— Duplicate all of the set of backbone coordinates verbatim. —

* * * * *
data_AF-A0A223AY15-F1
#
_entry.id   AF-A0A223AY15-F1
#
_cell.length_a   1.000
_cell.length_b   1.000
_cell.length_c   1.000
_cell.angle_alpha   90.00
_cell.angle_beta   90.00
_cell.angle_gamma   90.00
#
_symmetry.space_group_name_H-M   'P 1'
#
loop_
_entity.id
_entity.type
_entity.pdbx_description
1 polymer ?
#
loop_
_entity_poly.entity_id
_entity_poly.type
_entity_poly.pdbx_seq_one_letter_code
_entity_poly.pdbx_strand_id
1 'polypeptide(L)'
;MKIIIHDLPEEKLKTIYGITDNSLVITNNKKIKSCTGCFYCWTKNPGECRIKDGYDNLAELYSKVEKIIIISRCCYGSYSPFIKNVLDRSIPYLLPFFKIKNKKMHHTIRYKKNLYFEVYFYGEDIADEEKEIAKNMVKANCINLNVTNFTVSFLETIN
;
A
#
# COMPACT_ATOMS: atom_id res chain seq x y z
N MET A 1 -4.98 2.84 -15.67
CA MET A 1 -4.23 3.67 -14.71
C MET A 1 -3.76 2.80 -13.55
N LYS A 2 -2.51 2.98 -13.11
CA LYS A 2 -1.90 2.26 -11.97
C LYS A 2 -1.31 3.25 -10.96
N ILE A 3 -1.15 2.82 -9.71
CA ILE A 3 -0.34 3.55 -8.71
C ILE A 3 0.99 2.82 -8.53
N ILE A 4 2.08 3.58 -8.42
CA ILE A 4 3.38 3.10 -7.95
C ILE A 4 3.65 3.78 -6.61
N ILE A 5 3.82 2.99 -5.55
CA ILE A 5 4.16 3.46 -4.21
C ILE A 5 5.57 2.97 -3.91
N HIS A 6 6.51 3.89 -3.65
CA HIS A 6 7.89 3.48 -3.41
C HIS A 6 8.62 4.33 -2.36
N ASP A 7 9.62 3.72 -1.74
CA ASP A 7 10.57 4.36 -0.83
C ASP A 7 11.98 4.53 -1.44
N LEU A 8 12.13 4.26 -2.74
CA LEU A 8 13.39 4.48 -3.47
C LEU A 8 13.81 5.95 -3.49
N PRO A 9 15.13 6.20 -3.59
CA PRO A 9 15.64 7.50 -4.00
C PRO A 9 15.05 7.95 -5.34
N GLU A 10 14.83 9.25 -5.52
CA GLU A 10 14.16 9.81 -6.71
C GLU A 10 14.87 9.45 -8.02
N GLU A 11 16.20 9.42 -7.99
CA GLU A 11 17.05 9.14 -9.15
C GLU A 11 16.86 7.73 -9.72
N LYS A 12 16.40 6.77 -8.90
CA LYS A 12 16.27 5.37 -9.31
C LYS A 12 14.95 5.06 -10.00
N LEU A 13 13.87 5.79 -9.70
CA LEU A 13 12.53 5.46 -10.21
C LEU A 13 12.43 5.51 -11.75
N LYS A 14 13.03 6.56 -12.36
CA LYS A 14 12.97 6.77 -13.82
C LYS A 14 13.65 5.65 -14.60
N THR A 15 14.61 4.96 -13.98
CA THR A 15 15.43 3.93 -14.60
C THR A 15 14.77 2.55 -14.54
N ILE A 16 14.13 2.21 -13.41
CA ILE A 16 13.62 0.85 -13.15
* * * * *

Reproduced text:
data_AF-A0A223AY15-F1
#
_entry.id   AF-A0A223AY15-F1
#
_cell.length_a   1.000
_cell.length_b   1.000
_cell.length_c   1.000
_cell.angle_alpha   90.00
_cell.angle_beta   90.00
_cell.angle_gamma   90.00
#
_symmetry.space_group_name_H-M   'P 1'
#
loop_
_entity.id
_entity.type
_entity.pdbx_description
1 polymer ?
#
loop_
_entity_poly.entity_id
_entity_poly.type
_entity_poly.pdbx_seq_one_letter_code
_entity_poly.pdbx_strand_id
1 'polypeptide(L)'
;MKIIIHDLPEEKLKTIYGITDNSLVITNNKKIKSCTGCFYCWTKNPGECRIKDGYDNLAELYSKVEKIIIISRCCYGSYSPFIKNVLDRSIPYLLPFFKIKNKKMHHTIRYKKNLYFEVYFYGEDIADEEKEIAKNMVKANCINLNVTNFTVSFLETIN
;
A
#
# COMPACT_ATOMS: atom_id res chain seq x y z
N MET A 1 -4.98 2.84 -15.67
CA MET A 1 -4.23 3.67 -14.71
C MET A 1 -3.76 2.80 -13.55
N LYS A 2 -2.51 2.98 -13.11
CA LYS A 2 -1.90 2.26 -11.97
C LYS A 2 -1.31 3.25 -10.96
N ILE A 3 -1.15 2.82 -9.71
CA ILE A 3 -0.34 3.55 -8.71
C ILE A 3 0.99 2.82 -8.53
N ILE A 4 2.08 3.58 -8.42
CA ILE A 4 3.38 3.10 -7.95
C ILE A 4 3.65 3.78 -6.61
N ILE A 5 3.82 2.99 -5.55
CA ILE A 5 4.16 3.46 -4.21
C ILE A 5 5.57 2.97 -3.91
N HIS A 6 6.51 3.89 -3.65
CA HIS A 6 7.89 3.48 -3.41
C HIS A 6 8.62 4.33 -2.36
N ASP A 7 9.62 3.72 -1.74
CA ASP A 7 10.57 4.36 -0.83
C ASP A 7 11.98 4.53 -1.44
N LEU A 8 12.13 4.26 -2.74
CA LEU A 8 13.39 4.48 -3.47
C LEU A 8 13.81 5.95 -3.49
N PRO A 9 15.13 6.20 -3.59
CA PRO A 9 15.64 7.50 -4.00
C PRO A 9 15.05 7.95 -5.34
N GLU A 10 14.83 9.25 -5.52
CA GLU A 10 14.16 9.81 -6.71
C GLU A 10 14.87 9.45 -8.02
N GLU A 11 16.20 9.42 -7.99
CA GLU A 11 17.05 9.14 -9.15
C GLU A 11 16.86 7.73 -9.72
N LYS A 12 16.40 6.77 -8.90
CA LYS A 12 16.27 5.37 -9.31
C LYS A 12 14.95 5.06 -10.00
N LEU A 13 13.87 5.79 -9.70
CA LEU A 13 12.53 5.46 -10.21
C LEU A 13 12.43 5.51 -11.75
N LYS A 14 13.03 6.56 -12.36
CA LYS A 14 12.97 6.77 -13.82
C LYS A 14 13.65 5.65 -14.60
N THR A 15 14.61 4.96 -13.98
CA THR A 15 15.43 3.93 -14.60
C THR A 15 14.77 2.55 -14.54
N ILE A 16 14.13 2.21 -13.41
CA ILE A 16 13.62 0.85 -13.15